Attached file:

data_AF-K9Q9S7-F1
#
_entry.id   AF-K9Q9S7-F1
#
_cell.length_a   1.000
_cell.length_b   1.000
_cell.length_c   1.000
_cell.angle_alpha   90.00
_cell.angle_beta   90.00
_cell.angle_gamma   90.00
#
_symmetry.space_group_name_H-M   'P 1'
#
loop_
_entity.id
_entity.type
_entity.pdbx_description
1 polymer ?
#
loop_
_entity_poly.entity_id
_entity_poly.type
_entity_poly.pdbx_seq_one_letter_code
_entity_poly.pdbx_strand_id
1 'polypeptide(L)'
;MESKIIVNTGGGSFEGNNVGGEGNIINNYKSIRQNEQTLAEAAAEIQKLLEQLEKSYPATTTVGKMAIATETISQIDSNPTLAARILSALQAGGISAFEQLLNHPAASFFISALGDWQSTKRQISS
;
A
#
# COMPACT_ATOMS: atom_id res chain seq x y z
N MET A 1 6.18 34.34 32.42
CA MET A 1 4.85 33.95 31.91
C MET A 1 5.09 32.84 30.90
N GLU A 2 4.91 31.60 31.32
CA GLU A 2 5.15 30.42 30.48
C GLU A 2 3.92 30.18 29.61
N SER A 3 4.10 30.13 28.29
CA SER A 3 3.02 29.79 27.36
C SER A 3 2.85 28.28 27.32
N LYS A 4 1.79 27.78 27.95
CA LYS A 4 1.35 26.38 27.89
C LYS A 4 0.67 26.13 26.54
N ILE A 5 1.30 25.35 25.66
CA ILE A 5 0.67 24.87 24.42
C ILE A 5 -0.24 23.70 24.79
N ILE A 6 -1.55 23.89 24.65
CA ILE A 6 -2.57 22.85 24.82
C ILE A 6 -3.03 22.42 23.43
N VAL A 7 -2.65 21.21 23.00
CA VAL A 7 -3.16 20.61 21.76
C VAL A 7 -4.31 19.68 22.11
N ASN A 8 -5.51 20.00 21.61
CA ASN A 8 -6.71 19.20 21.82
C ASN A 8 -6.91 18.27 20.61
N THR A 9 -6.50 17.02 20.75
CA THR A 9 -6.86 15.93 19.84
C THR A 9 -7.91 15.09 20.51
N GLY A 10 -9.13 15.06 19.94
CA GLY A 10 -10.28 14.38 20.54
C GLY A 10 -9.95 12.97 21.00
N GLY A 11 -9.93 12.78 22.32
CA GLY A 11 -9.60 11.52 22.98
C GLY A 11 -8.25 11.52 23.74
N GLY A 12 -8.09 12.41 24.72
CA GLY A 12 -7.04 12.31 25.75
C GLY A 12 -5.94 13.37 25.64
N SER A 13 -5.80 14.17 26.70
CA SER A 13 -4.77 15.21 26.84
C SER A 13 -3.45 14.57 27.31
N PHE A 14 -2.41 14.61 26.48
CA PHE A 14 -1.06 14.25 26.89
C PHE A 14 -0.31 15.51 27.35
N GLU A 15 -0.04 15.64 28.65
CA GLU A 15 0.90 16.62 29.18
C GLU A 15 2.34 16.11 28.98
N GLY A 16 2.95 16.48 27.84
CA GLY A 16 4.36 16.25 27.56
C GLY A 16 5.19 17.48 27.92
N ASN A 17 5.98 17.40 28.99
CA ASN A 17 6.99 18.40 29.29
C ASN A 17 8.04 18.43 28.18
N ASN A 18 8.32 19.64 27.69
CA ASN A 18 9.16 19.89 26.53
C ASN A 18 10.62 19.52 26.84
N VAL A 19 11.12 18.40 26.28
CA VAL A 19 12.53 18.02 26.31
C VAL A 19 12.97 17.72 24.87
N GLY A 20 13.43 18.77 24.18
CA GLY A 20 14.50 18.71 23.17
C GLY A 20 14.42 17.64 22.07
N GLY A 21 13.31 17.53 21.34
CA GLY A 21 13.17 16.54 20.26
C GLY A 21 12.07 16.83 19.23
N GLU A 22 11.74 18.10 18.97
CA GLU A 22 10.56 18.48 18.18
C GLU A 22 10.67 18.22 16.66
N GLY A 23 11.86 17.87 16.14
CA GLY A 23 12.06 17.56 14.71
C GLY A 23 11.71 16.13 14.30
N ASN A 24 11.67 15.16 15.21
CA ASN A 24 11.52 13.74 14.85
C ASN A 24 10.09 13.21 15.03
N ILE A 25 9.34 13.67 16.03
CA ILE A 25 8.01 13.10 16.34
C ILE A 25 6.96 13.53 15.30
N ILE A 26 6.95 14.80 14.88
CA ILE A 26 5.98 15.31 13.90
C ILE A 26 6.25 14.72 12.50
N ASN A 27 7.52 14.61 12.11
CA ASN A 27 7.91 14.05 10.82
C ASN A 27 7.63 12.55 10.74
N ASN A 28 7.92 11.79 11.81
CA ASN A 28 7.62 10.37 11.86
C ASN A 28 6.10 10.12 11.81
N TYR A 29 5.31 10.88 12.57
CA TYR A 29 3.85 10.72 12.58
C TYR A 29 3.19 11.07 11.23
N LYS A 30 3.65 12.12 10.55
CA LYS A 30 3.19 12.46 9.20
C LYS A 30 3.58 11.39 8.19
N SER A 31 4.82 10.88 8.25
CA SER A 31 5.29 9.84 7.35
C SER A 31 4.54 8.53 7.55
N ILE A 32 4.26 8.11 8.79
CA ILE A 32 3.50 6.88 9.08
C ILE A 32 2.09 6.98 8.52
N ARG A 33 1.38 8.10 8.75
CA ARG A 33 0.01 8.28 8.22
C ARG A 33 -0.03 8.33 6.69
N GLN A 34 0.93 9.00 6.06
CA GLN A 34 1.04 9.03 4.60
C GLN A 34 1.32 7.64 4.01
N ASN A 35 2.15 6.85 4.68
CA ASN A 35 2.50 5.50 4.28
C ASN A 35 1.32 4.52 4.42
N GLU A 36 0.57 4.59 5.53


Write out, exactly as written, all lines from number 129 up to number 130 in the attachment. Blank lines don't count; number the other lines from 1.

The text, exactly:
C ARG A 33 -0.03 8.33 6.69
N GLN A 34 0.93 9.00 6.06